The Blue Hour has become an exploration of this uncertain time, Mansfield said, in their lives and for the planet — the solitude so many people are coming out of, and bravery, and their journey as they are finding independent voices.
‘We probably had three hours of bodies in space together, but there was something about her energy I was so magnetized by.’ — Sayer Mansfield
ParkeHarrison is creating a solo weaving in similar themes of rejection and transcendence and the authenticity movement artists have had to find in the pandemic.
“Everyone spent a lot of time by ourselves,” she said. “… We were away from other people, away from other dancers where you draw the energy. The group is stripped away, and all you have is yourself.”
To form the core of the work, she has gathered rejection emails and taken out all of the language that tied any of them to a place or an instance. And when she performed the work recently San Fransisco, she touched many nerves.
“Audiences were telling me they were getting PTSD,” she said. “.. They were telling me … I’ve gotten that email. I’ve gotten that email hundreds of times. I’ve gotten that email in language clouded by family, or a college institution, or a job, or a relationship ending.”
And so she explores universality of being told no, she said, aware all the time that these were all dance rejection emails, and she is performing, doing exactly what these emails have told her she should not do.
‘Audiences were telling me … ‘I’ve gotten that email … hundreds of times … in language clouded by family, or a college institution, or a job, or a relationship ending.’ — Moscelyne Parke-Harrison, choreographing persistance in the face of rejection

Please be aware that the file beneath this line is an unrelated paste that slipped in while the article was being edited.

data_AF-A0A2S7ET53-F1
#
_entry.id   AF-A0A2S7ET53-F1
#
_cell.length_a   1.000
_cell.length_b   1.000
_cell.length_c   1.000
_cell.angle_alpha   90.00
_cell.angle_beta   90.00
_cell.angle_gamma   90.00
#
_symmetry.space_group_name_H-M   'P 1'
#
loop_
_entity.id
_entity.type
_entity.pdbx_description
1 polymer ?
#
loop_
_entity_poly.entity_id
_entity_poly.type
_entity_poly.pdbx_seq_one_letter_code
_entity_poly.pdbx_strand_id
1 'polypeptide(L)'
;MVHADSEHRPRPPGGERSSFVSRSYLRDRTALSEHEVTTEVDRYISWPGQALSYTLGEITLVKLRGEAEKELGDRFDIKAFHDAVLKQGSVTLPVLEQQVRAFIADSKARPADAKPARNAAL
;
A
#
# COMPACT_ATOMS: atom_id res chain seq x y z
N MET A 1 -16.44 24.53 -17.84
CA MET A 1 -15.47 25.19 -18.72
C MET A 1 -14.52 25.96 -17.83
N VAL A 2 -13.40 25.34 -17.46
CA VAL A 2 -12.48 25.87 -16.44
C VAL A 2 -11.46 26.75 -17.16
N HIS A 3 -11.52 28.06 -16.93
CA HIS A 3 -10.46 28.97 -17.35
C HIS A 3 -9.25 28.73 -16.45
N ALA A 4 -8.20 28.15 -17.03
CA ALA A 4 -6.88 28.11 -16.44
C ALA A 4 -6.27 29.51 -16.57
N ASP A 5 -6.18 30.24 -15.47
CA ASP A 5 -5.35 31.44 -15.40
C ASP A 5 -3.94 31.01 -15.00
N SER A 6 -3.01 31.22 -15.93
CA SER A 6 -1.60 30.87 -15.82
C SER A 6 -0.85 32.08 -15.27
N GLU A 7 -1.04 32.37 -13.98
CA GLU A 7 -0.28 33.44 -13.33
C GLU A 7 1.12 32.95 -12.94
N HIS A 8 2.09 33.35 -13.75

Mansfield finds a transience and returning strength in the themes of the evening.
“It’s this tender moment of the day that’s most acknowledged in the summer,” she said. “We don’t get to see the blue hour as much in the other months of the year. It’s so expansive and vast and light.”
And so to create new work in residence in the Berkshires, over the course of the summer, has felt like living in this new and open place.
She and Mio are working with water imagery, she said — a cyclical, empathetic energy, reflecting twinned images of one person at the core, spiritual and ritualistic.
And the four artists are creating a quartet together. The Blue Hour has evolved in different ways from Bodysonnet’s earlier work, ParkeHarrison said.
They would usually create an evening-length work in an unconventional space — an old apple orchard, a school, Daniel Chester French’s studio. Though she feels the Foundry, in their black box studio, is unconventional in many of their own powerful ways.
‘We don’t get to see the blue hour as much in the other months of the year. It’s so expansive and vast and light.’ — Sayer Mansfield
“We feel strongly that the Foundry is one of the only places in the Berkshires where counterculture art is being supported and made,” she said, “outside of larger organizations bringing in artists who pass through and return to the city.”
Mansfield finds Bodysonnet themselves unconventional in ways that have moved her forcefully.
She and McManus have been dancing full-time with companies for six, eight, ten years, and Moscylene and Mio graduated from Juliard in 2019 into a world where live performance was suddenly and universally put on hold.